A heel spur is a bony projection on the sole (bottom) of the heel bone. This condition may accompany or result from severe cases of inflammation to the structure called plantar fascia. The plantar
fascia is a fibrous band of connective tissue on the sole of the foot, extending from the heel to the toes. Heel spurs are a common foot problem resulting from excess bone growth on the heel bone.
The bone growth is usually located on the underside of the heel bone, and may extend forward toward the toes. A painful tear in the plantar fascia between the toes and heel can produce a heel spur
and/or inflammation of the plantar fascia. Because this condition is often correlated to a decrease in the arch of the foot, it is more prevalent after the ages of six to eight years, when the arch
is fully developed.
One common cause of heel spurs and related injuries is due to abnormal mechanics and movement of the foot, also referred to as pronation. Abnormal gait, which is the way our feet hit the ground as we
walk, also stresses the tissue of the foot, leading to conditions such as plantar fasciitis and heel spurs. Pronation can cause the foot to become unstable during movement, affecting the gait and
leading to damage. A sudden increase in weight can also influence the development of a painful heel spur.
Major symptoms consist of pain in the region surrounding the spur, which typically increases in intensity after prolonged periods of rest. Patients may report heel pain to be more severe when waking
up in the morning. Patients may not be able to bear weight on the afflicted heel comfortably. Running, walking, or lifting heavy weight may exacerbate the issue.
A heel spur is often seen on X-ray as a bony protrusion, which can vary in size. However, because a Heel Spur only indicates increased load on the plantar fascia, and not pain, an ultra sound may be
required to assess other actual cause of the heel pain such and may include checking to see if the plantar fascia is inflamed or degenerated.
Non Surgical Treatment
Ice and use arch support . If you can localize the spur, cut a hole in a pad of felt and lay the hole over the spur. This supports the area around the spur and reduces pressure on it. Massage the
spur. Start gently with your thumb and gradually increase the pressure until you?re pushing hard directly on the spur with your knuckle or another firm object. Even it if hurts, it should help. Arch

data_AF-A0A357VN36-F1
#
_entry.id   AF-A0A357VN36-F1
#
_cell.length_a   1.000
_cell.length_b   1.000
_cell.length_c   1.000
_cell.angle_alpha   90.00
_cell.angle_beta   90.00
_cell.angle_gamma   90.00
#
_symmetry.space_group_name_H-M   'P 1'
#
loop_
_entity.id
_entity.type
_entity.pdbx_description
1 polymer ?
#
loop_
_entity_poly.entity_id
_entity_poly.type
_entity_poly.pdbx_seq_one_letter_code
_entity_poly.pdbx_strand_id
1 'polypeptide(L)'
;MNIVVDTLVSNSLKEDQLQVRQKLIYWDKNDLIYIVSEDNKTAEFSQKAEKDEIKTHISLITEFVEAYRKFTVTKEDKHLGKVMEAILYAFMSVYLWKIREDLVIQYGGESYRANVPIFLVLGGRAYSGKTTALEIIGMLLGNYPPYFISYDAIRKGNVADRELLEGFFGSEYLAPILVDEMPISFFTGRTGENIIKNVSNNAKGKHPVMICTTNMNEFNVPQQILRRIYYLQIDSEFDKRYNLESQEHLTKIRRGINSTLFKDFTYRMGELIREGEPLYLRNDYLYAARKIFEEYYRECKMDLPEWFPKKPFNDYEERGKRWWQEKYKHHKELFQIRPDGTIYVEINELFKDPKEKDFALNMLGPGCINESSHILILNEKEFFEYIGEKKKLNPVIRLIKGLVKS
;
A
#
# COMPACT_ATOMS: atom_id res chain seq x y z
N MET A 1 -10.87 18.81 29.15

support. Build up an arch support system in your shoes. Try to equalize the pressure of your body weight throughout your arch and away from the plantar area. Use a ?cobra pad? or other device that
supports the arch but releases pressure on the painful area. If homemade supports do not work, see a podiatrist about custom orthotics.
When chronic heel pain fails to respond to conservative treatment, surgical treatment may be necessary. Heel surgery can provide pain relief and restore mobility. The type of procedure used is based
on examination and usually consists of releasing the excessive tightness of the plantar fascia, called a plantar fascia release. The procedure may also include removal of heel spurs.
o help prevent heel and bone spurs, wear properly designed and fitted shoes or boots that provide sufficient room in the toe box so as not to compress the toes. They should also provide cushioning in
appropriate areas to minimize the possibility of the irritation and inflammation that can lead to bone spurs in the feet. If needed, use inserts that provide arch support and a slight heel lift to
help ensure that not too much stress is placed on the plantar fascia. This helps to reduce the possibility of inflammation and overstress. Wearing padded socks can also help by reducing trauma.
Peer-reviewed, published studies have shown that wearing clinically-tested padded socks can help protect against injuries to the skin/soft tissue of the foot due to the effects of impact, pressure
and shear forces. Also consider getting your gait analyzed by a foot health professional for appropriate orthotics. If you have heel pain, toe pain or top-of-the-foot pain, see your doctor or foot
specialist to ensure that a spur has not developed.